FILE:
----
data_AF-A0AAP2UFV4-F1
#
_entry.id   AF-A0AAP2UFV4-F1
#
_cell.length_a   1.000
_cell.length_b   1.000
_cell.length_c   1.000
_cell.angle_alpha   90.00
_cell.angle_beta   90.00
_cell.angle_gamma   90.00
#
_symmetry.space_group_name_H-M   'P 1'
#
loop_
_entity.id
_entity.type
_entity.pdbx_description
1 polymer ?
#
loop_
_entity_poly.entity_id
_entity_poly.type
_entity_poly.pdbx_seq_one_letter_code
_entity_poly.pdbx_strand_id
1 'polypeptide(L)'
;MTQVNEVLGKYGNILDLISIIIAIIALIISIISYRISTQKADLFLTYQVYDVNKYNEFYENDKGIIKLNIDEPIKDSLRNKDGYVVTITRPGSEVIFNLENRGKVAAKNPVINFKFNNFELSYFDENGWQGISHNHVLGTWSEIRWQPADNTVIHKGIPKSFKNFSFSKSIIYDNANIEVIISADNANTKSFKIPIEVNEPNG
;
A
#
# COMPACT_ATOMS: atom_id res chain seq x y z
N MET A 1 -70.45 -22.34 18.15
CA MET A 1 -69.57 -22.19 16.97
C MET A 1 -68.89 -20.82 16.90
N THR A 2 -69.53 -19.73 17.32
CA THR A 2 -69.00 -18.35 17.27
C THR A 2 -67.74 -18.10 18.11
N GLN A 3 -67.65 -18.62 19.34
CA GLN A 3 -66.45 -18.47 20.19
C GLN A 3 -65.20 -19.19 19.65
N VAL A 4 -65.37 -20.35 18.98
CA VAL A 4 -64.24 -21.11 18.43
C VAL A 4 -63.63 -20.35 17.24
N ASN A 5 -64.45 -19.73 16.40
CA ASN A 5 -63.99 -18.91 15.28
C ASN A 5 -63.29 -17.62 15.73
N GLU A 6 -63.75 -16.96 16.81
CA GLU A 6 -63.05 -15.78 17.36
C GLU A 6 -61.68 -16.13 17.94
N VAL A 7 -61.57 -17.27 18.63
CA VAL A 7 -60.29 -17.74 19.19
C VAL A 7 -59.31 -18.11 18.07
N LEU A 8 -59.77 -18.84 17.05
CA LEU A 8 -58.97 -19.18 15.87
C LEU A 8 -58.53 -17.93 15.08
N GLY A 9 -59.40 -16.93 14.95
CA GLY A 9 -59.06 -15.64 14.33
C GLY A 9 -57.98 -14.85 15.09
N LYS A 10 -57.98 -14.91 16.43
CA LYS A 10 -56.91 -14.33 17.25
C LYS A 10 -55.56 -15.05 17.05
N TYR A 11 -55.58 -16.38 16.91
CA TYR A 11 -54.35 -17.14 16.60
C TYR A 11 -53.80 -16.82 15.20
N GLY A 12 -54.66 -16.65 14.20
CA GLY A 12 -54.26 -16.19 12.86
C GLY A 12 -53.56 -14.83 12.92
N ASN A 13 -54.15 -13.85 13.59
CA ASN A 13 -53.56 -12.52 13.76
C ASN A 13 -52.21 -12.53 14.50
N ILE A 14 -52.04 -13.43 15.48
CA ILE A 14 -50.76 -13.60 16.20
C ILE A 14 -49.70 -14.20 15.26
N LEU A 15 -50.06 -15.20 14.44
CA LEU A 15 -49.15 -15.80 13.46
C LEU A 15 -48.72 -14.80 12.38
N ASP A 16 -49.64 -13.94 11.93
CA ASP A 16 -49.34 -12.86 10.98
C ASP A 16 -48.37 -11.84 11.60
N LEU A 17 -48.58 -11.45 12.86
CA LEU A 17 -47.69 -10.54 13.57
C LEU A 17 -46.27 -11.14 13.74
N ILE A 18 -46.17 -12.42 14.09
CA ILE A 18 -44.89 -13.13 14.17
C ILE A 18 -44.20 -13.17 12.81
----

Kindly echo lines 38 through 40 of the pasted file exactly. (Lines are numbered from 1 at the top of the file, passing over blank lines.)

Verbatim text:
CA GLN A 3 -66.45 -18.47 20.19
C GLN A 3 -65.20 -19.19 19.65
N VAL A 4 -65.37 -20.35 18.98